JB: Everyone wants more traffic to their own website. That won’t change. Dropping a distribution channel because they offer a service? It doesn’t make financial sense on either side. The fastest way for a PM to lose home owners is drop distribution channels. I would not want to be anywhere near Steve Milo right now, but I don’t expect any real fallout or loss of inventory for Airbnb.
OTAs have been providing more “management” style services for years, whether it is consumer awareness and marketing, payment processing, online reservation tools, tax remittance, damage policies, etc. Now they will schedule a housekeeper—why not?
Does it make Turnkey nervous?
JB: Not at all. We’ve built the better mousetrap. We’ve learned a lot and are years ahead with our platform. We’re fine-tuning an engine, not duct-taping wheels onto a prototype.
Does Airbnb understand property management?
Banczak’s point about “building a better mousetrap” is important. Providing consistent quality and management services for owners and guests is a very different undertaking than building a marketplace. Property management is a hands-on, service-based industry, and one in which Airbnb has little experience.
Trust is a Critical Component for a Vacation Rental Marketplace
The world of vacation rental marketplaces has not been a stable one for homeowners and property managers. TripAdvisor purchased market leader FlipKey and subsequently lost focus on technology and service leading to a substantial decline in both revenue and trust from its suppliers, leaving a hole that benefited Airbnb.
VRBO.com, once the go-to source for vacation rental reservations, sold to HomeAway, and then to Expedia. Under the Expedia umbrella, both managers and owners are reporting a substantial drop off of booking activity that even HomeAway’s most avid supporters are now openly discussing. (Tune into 32:00 in this video from the Phocuswright conference.)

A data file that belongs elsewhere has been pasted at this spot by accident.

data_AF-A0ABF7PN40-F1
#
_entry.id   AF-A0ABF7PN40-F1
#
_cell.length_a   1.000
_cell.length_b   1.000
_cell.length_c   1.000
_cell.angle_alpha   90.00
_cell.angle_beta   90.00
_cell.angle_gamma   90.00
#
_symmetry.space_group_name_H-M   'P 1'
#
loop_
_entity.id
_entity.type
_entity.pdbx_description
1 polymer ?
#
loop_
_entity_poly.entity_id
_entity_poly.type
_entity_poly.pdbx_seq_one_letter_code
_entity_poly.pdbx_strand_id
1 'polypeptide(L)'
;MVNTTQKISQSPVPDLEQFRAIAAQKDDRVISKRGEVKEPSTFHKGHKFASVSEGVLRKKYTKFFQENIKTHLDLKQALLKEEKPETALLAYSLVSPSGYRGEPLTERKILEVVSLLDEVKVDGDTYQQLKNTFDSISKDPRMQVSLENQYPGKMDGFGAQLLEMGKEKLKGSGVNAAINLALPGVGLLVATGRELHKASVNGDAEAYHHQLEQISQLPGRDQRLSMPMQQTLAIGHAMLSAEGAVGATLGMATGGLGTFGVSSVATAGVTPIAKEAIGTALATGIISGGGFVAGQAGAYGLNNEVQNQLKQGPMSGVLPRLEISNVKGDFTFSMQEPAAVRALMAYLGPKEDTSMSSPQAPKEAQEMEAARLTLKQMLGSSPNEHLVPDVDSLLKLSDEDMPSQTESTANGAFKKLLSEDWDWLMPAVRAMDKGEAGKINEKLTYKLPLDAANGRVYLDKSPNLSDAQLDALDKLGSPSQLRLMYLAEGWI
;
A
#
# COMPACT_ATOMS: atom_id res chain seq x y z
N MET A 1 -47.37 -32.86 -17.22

What TripAdvisor, HomeAway—and now Airbnb—do not seem to fully grasp is that success in distributing vacation rentals is based on both bookings and trust.
When vacation home owners and managers trust and benefit from a marketplace, they choose to list their homes on the platform. And these listings are the sole reason that travelers use these sites . . . and the reason for the resulting high valuations of these companies. When a marketplace begins to erode that trust, inventory shifts to more trustworthy channels.
Takeaway and Beneficiaries
The overwhelming takeaway for managers and hosts? Do not put your eggs in one basket. Relying on one channel for bookings is both dangerous and irresponsible in a space that is rapidly changing.
The most likely beneficiaries of Airbnb’s move into property management and/or franchising of management services?
- HomeAway: Even though managers and owners are reporting a decline in bookings from HomeAway’s sites, HomeAway can now make a strong argument that at least it is not competing directly with vacation rental managers and owners. HomeAway could enter 2019 with a strong claim as the most trusted, consistent marketplace for vacation homes.
- Google: As Google is expected to launch the first iteration of its vacation rental booking platform in the first quarter of 2019, experts expect to see inventory move swiftly onto the Google marketplace, as managers already invest heavily in Google Adwords products. In addition, it’s price-compare feature will expose the guest fees being charged by other sites. Even though the take rate is expected to be high, Google has a history of transparency that resonates with inventory providers.
- A TBD Disruptor: Eroded trust in TripAdvisor, decreasing trust in an Expedia-owned HomeAway/VRBO, and concerns about Airbnb’s future as a long-term marketing partner are paving the way for a transparent guest-and-supply-friendly marketplace.
Potential Technology Play
It is possible that the acquisition of Luckey Homes is a technology play for Airbnb rather than an entry into property management.
According to Lehmann, “Interestingly, Luckey Homes built a proprietary property management software, which could be valuable to other urban property managers who currently use third-party technology. So maybe the focus [of the acquisition] is on technology and not actually on the property management piece.”
Lehmann added, “Is Airbnb becoming a property management company? I doubt it. It could just be a technology play to bring further value to its partners.”
Update: See comments below.
As HomeAway evangelist, John Suzuki, famously preached: “Judge us not by our words, but our actions.”
As Airbnb moves toward its IPO, the vacation rental industry will be able to more adequately evaluate its intentions through its future acquisitions and new product launches than through its press releases.